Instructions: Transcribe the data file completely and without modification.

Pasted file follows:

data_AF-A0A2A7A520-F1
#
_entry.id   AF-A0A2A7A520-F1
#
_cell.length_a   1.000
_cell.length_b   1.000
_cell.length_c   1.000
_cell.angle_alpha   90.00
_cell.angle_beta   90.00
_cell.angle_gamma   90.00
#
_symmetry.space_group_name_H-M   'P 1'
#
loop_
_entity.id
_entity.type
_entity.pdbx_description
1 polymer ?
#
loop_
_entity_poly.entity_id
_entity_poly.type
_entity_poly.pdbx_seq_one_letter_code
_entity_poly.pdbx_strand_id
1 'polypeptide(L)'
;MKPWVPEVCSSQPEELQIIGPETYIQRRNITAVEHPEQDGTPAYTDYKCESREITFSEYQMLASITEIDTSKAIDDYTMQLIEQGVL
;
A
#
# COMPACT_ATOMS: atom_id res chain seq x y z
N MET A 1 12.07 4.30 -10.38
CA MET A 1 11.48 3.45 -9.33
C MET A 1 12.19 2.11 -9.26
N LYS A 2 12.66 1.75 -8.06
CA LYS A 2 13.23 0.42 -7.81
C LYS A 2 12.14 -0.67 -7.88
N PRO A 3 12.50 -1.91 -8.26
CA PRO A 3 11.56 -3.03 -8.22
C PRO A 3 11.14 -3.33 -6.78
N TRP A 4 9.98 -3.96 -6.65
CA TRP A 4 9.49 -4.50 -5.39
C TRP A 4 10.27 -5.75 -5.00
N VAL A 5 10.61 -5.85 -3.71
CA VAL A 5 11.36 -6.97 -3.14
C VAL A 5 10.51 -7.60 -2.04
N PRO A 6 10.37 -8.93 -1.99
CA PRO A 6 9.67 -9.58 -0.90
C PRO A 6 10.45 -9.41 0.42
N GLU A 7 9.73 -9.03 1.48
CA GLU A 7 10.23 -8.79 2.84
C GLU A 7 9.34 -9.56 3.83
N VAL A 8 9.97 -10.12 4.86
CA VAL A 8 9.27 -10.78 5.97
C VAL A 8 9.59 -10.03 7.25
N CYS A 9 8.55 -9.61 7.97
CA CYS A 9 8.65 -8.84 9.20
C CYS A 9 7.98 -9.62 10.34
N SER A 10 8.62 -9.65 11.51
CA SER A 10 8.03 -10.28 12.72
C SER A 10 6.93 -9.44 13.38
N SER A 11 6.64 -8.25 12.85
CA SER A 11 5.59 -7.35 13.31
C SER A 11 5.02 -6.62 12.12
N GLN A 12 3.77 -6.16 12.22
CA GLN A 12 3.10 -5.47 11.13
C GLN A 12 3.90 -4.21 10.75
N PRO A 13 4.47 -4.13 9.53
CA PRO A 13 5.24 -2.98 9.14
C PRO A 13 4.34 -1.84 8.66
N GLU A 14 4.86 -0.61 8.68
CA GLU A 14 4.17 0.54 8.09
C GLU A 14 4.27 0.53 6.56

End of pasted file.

data_AF-A0A2A7A520-F1
#
_entry.id   AF-A0A2A7A520-F1
#
_cell.length_a   1.000
_cell.length_b   1.000
_cell.length_c   1.000
_cell.angle_alpha   90.00
_cell.angle_beta   90.00
_cell.angle_gamma   90.00
#
_symmetry.space_group_name_H-M   'P 1'
#
loop_
_entity.id
_entity.type
_entity.pdbx_description
1 polymer ?
#
loop_
_entity_poly.entity_id
_entity_poly.type
_entity_poly.pdbx_seq_one_letter_code
_entity_poly.pdbx_strand_id
1 'polypeptide(L)'
;MKPWVPEVCSSQPEELQIIGPETYIQRRNITAVEHPEQDGTPAYTDYKCESREITFSEYQMLASITEIDTSKAIDDYTMQLIEQGVL
;
A
#
# COMPACT_ATOMS: atom_id res chain seq x y z
N MET A 1 12.07 4.30 -10.38
CA MET A 1 11.48 3.45 -9.33
C MET A 1 12.19 2.11 -9.26
N LYS A 2 12.66 1.75 -8.06
CA LYS A 2 13.23 0.42 -7.81
C LYS A 2 12.14 -0.67 -7.88
N PRO A 3 12.50 -1.91 -8.26
CA PRO A 3 11.56 -3.03 -8.22
C PRO A 3 11.14 -3.33 -6.78
N TRP A 4 9.98 -3.96 -6.65
CA TRP A 4 9.49 -4.50 -5.39
C TRP A 4 10.27 -5.75 -5.00
N VAL A 5 10.61 -5.85 -3.71
CA VAL A 5 11.36 -6.97 -3.14
C VAL A 5 10.51 -7.60 -2.04
N PRO A 6 10.37 -8.93 -1.99
CA PRO A 6 9.67 -9.58 -0.90
C PRO A 6 10.45 -9.41 0.42
N GLU A 7 9.73 -9.03 1.48
CA GLU A 7 10.23 -8.79 2.84
C GLU A 7 9.34 -9.56 3.83
N VAL A 8 9.97 -10.12 4.86
CA VAL A 8 9.27 -10.78 5.97
C VAL A 8 9.59 -10.03 7.25
N CYS A 9 8.55 -9.61 7.97
CA CYS A 9 8.65 -8.84 9.20
C CYS A 9 7.98 -9.62 10.34
N SER A 10 8.62 -9.65 11.51
CA SER A 10 8.03 -10.28 12.72
C SER A 10 6.93 -9.44 13.38
N SER A 11 6.64 -8.25 12.85
CA SER A 11 5.59 -7.35 13.31
C SER A 11 5.02 -6.62 12.12
N GLN A 12 3.77 -6.16 12.22
CA GLN A 12 3.10 -5.47 11.13
C GLN A 12 3.90 -4.21 10.75
N PRO A 13 4.47 -4.13 9.53
CA PRO A 13 5.24 -2.98 9.14
C PRO A 13 4.34 -1.84 8.66
N GLU A 14 4.86 -0.61 8.68
CA GLU A 14 4.17 0.54 8.09
C GLU A 14 4.27 0.53 6.56